Tulsa Lawyer Magazine April 2016

Page 8


This is a collaborative work by Miranda Calhoun, Barbara Sears, Stephanie Horton, and Ann Keele of the TCBA Children & the Law Committee. We hope this serves as a useful resource to our fellow practitioners in the areas of family and juvenile law. Supervised visitation and various forms of child and family therapy are often ordered in family and juvenile legal proceedings. It is important for practitioners in these courts to be familiar with the differences between supervised visitation and therapy and to understand what is to be expected from their application. This article is designed to give a basic overview of the different visitation and therapy options available, so that you can better determine which services to recommend for your clients’ situation.

I. Supervised Visitation

Supervised Visitation is very commonly ordered and means that a parent cannot visit with his or her child alone. A relative, friend, the other parent or a professional supervisor is present during the parent’s visit with the child. Most commonly, a court may order supervised visitation in situations of domestic abuse, abuse of drugs or alcohol, where the parent does not yet know how to care for the child on their own or when there is concern the parent may leave with the child. Supervised visitation may continue for any period of time until the court is satisfied the issues necessitating supervised visitation are resolved. Of course, circumstances may call for another form of visitation, as discussed in the remainder of this article. Supervised visitation should never be a default but should be utilized in situations where it is in the best interest of the child involved. In situations of supervised visitation, it is crucial the parents, attorneys and the supervisor fully 6 Tulsa Lawyer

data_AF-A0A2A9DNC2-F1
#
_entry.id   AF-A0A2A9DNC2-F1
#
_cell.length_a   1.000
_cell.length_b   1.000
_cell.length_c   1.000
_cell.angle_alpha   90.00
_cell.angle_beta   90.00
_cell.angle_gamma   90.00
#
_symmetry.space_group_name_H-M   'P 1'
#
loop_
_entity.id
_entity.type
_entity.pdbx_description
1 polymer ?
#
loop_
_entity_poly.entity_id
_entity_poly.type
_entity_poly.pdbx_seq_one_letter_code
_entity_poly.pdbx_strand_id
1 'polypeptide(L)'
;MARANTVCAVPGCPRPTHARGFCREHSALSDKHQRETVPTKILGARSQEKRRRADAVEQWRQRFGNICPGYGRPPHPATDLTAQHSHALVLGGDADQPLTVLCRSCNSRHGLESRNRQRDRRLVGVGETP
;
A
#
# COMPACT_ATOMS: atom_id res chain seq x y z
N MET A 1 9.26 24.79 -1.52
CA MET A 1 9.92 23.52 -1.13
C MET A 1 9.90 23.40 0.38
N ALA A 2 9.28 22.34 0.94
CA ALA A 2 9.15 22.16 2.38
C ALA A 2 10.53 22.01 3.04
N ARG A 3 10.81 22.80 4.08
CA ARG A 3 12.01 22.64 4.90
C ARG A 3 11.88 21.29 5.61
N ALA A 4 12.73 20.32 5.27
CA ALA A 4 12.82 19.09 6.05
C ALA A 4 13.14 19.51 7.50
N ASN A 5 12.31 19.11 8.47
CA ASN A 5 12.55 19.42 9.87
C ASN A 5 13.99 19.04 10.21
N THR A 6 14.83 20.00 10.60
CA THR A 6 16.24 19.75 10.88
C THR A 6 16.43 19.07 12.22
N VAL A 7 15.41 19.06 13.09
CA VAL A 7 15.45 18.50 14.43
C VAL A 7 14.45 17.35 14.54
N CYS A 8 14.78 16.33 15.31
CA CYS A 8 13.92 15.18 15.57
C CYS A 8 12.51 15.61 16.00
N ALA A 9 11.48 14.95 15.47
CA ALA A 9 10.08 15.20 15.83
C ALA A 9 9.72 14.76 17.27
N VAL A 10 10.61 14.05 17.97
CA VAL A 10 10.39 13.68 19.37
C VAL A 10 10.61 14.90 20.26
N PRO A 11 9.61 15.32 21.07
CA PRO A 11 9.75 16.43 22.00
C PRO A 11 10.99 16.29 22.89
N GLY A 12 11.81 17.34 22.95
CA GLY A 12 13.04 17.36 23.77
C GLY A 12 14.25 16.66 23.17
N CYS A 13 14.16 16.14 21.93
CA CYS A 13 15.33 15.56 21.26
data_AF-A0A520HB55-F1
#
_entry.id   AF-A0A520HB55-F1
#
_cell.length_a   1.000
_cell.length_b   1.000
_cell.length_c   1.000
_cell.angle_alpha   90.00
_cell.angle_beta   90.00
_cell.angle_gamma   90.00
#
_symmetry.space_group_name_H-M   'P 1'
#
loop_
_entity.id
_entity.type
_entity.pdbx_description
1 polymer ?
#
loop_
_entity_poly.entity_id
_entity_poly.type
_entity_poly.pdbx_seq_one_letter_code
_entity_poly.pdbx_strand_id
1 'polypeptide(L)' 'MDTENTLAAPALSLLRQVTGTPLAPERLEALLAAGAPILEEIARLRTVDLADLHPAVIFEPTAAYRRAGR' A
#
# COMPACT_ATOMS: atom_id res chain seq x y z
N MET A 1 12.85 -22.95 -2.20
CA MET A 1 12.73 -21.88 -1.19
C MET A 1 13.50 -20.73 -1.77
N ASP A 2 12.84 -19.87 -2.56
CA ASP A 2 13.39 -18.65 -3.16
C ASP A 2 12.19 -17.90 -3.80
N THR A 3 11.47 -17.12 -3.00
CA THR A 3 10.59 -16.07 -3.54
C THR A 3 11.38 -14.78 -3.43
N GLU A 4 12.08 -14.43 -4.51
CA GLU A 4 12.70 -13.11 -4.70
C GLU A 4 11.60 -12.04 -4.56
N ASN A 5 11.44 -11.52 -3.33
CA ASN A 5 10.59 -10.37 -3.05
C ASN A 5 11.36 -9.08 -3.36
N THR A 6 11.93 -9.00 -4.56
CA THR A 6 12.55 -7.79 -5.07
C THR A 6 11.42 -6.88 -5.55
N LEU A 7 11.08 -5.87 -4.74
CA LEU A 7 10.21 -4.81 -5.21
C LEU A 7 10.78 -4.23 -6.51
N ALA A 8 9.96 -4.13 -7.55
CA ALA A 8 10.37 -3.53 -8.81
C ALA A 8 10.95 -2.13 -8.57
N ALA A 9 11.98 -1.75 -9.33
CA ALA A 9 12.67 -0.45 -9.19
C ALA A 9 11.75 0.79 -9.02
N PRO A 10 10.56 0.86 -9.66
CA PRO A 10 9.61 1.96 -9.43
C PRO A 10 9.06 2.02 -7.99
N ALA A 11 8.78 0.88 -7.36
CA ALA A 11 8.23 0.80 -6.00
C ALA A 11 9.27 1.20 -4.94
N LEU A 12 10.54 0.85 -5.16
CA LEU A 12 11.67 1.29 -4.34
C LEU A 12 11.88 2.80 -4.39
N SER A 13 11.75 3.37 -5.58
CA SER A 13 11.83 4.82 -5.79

understand the role of the supervisor. As much as attorneys have experiences with good supervisors, it seems they have even more stories of supervisors overstepping their bounds. The supervisor’s role is limited to that of a neutral observer and coordinator of the visit, and the supervisor must respect his role at all times. The supervisor is not to provide therapy, counseling or his opinions during or outside of the visit. Instead, the supervisor simply remains with the parent and child during the entirety of the visit (even if the parent escorts the child to the restroom), observes their interactions and ensures that nothing inappropriate occurs. Unless necessary, the supervisor should not participate in the parent/child interactions during the visit. If something inappropriate takes place, i.e. the parent makes an inappropriate comment to the child, the parent becomes angry, the parent appears to be under the influence of drugs or alcohol, etc., the supervisor ends the visit immediately. When selecting a supervisor, it is important to choose someone who can be faithful to the supervisor’s limited role. Often times, relatives or friends of the parties are unable to properly supervise, as they are too emotionally invested. Therefore, it may be necessary for the parties to hire a professional and completely neutral third party supervisor. Before selecting and initiating the first visit with a supervisor, it is important that the parties and attorneys interview and meet face-to-face with the potential supervisor. This will allow the attorneys and parties the opportunity to discuss the supervisor’s role with him and to ensure he fully appreciates his obligations. It also provides an opportunity for the parents